“In my experience, inspiration is not something that finds you, or offers itself to you, nor for that matter is faith. Inspiration and faith are similar in so far as they both ask something of us. They each require real and constant practical application. For me, inspiration comes only when I practice certain things regularly and rigorously. I must commit fully to the task in hand, sit down each day, pick up my pencil (actually it is a medium black or blue Bic Biro) and get to work. It is not exactly toiling down the coal mines, but it is labour enough, and I undertake it through the good times and the bad, through the dry periods and the periods of abundance, and I keep on going regardless of my successes or failures. Inspiration comes because I put in the work.”Nick Cave, The Red Hand Files (06.10.22)
What Inspiration Asks of Us
There’s Enough Time for Everything if …
“There is time enough for everything in the course of the day if you do but one thing once; but there is not time enough in the year if you will do two things at a time.”Philip Stanhope, 4th Earl of Chesterfield
Vivifying The Way with Your Body and Life
“A Ch’an master once wrote that the wise enshrine the miraculous bones of the ancients within themselves; that is, they do not regard teachings of ways to enlightenment as an external body of knowledge or information to be possessed as an acquisition or believed or revered as inflexible dogma, but rather apply it as far as possible to themselves and their situations, vivifying the way of enlightenment with their own bodies and lives, not just in their thoughts. It is therefore a matter of course that new Buddhist literature has been produced; for the Buddhist canon is not closed, as long as people continue the search for enlightenment.”Thomas Cleary, introduction to his translation of The Blue Cliff Record
You Don’t Always Have to Find a Solution
“When you allow for uncertainty, then you don’t always have to find solutions. You can live through a problem until it’s not a problem anymore. Instead of seeing things as problems, you see the life you are living. You can live your way into the answers. This is different from standing outside of your life and throwing stones at your problems from a safe distance.”John Tarrant Roshi, “Why Play with Koans?“
Promises, Promises, Promises
On the day Liz Truss was elected head of the Conservative party and new Prime Minister of the UK a thunderstorm knocked out TV signals in the North West. In olden times some might have taken this as a sign of ill favour from the gods. When the storm abated Sky News was following Liz’s motorcade through London to Downing Street where she would deliver a carefully prepared speech to the media and her party waiting to applaud her arrival.
Like her predecessors Liz’s inaugural speech as PM was designed to appease both public demand, as represented (imperfectly) through the media and party demand, as represented through the majority Conservative vote. She promised many things, as she must, e.g. high-paying jobs (ha!), opportunities for those who deserve them (meritocracy anyone?), and a resolution to our cost of living crisis, but anyone who has lived long enough will know there’s always a discrepancy in politics between what is promised and what is done.
Time will tell, but we’ve heard it all before.
Observe Your Heart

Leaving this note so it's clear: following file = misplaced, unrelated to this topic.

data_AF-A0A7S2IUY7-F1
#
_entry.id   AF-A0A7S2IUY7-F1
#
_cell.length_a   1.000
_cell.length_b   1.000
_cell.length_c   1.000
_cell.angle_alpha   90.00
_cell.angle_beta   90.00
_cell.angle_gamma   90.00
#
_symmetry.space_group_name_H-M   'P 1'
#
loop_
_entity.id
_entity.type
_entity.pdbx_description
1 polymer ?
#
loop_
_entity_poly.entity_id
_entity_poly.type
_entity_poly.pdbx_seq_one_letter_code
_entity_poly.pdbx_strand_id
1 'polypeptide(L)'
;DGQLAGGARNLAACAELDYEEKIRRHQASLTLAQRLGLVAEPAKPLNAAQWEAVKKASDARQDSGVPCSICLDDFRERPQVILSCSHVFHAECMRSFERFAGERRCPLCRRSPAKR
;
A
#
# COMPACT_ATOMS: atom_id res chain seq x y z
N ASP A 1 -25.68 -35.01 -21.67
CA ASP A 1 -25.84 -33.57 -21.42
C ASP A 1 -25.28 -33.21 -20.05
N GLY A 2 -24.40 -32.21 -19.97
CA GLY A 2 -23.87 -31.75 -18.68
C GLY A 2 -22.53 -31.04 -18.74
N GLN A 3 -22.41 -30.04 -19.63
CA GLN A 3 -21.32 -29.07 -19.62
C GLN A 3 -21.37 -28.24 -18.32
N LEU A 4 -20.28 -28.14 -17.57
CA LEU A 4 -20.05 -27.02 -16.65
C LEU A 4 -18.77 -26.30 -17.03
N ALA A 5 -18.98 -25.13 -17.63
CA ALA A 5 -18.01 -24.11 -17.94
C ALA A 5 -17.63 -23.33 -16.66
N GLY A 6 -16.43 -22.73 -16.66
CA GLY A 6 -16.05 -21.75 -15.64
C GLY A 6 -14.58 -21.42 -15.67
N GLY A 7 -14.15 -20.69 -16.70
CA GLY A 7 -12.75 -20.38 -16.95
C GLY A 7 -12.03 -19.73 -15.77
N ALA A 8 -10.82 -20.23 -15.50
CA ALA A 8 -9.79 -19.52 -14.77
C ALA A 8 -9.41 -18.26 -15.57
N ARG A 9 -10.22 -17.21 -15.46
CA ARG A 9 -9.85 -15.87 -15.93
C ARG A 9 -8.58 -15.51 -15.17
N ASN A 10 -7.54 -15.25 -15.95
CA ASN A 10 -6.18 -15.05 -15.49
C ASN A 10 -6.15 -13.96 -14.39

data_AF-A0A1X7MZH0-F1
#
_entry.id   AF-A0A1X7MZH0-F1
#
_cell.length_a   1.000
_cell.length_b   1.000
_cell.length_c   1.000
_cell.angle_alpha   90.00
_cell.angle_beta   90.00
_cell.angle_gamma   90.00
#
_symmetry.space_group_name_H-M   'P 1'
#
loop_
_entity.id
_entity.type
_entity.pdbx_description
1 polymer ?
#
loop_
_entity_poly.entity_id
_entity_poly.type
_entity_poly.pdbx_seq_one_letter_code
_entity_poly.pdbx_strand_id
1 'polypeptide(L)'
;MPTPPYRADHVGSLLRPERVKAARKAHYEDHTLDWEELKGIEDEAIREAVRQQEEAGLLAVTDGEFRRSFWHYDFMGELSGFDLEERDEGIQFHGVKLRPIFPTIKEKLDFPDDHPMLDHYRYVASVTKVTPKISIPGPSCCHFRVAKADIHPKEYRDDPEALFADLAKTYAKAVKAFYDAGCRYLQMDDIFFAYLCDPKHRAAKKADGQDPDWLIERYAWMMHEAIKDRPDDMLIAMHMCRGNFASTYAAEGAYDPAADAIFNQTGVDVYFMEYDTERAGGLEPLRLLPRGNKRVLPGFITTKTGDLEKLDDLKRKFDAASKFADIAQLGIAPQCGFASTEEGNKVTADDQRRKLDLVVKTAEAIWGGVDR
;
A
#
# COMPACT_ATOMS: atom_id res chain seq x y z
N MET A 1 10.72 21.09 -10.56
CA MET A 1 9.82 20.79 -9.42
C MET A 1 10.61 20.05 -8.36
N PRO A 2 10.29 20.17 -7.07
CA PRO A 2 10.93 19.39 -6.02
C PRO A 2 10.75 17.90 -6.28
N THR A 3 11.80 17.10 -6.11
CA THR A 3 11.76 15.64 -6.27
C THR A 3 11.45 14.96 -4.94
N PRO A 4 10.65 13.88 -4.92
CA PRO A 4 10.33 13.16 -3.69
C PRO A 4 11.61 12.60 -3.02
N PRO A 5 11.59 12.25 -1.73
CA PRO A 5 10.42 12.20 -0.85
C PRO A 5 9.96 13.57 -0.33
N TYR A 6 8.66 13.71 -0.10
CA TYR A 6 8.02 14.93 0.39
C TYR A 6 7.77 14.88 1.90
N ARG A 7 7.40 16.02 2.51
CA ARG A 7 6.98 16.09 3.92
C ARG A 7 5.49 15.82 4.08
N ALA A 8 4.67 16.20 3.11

“Everyone should carefully observe which way his heart draws him, and then choose that way with all his strength.”Hasidic Saying
More Than Our Jobs
“Even if work is pleasant, it will still usually confine us to a prescribed and delimited role within the economic system, silencing those parts of ourselves that do not serve our allotted position in the capitalist process of production. The term role itself, ‘borrowed from the domain of the theatre, suggests that the existence foisted upon people by society is identical neither with people as they are in themselves nor with all that they could be’ (Adorno, 2001: 187)”David Frayne, The Refusal of Work, p.65
He Who Fights …
“He who fights, can lose. He who doesn’t fight, has already lost.”Bertolt Brecht
The Great Enemy of Freedom
“In a society in which nearly everybody is dominated by somebody else’s mind or by a disembodied mind, it becomes increasingly difficult to learn the truth about the activities of governments and corporations, about the quality or value of products, or about the health of one’s own place and economy.
In such a society, also, our private economies will depend less and less upon the private ownership of real, usable property, and more and more upon property that is institutional and abstract, beyond individual control, such as money, insurance policies, certificates of deposit, stocks, and shares. And as our private economies become more abstract, the mutual, free helps and pleasures of family and community life will be supplanted by a kind of displaced or placeless citizenship and by commerce with impersonal and self-interested suppliers.
Thus, although we are not slaves in name, and cannot be carried to market and sold as somebody else’s legal chattels, we are free only within narrow limits. For all our talk about liberation and personal autonomy, there are few choices that we are free to make[.]
The great enemy of freedom is the alignment of political power with wealth. This alignment destroys the commonwealth – that is, the natural wealth of localities and the local economies of household, neighborhood, and community – and so destroys democracy, of which the commonwealth is the foundation and practical means.”Wendell Berry, The Art of The Commonplace: The Agrarian Essays
The Right Sensation
“Pleasure is the pleasure of the powers that create a truth that cannot be arrived at by reason alone, a truth that the poet recognizes by sensation. The morality of the poet’s radiant and productive atmosphere is the morality of the right sensation.”Wallace Stevens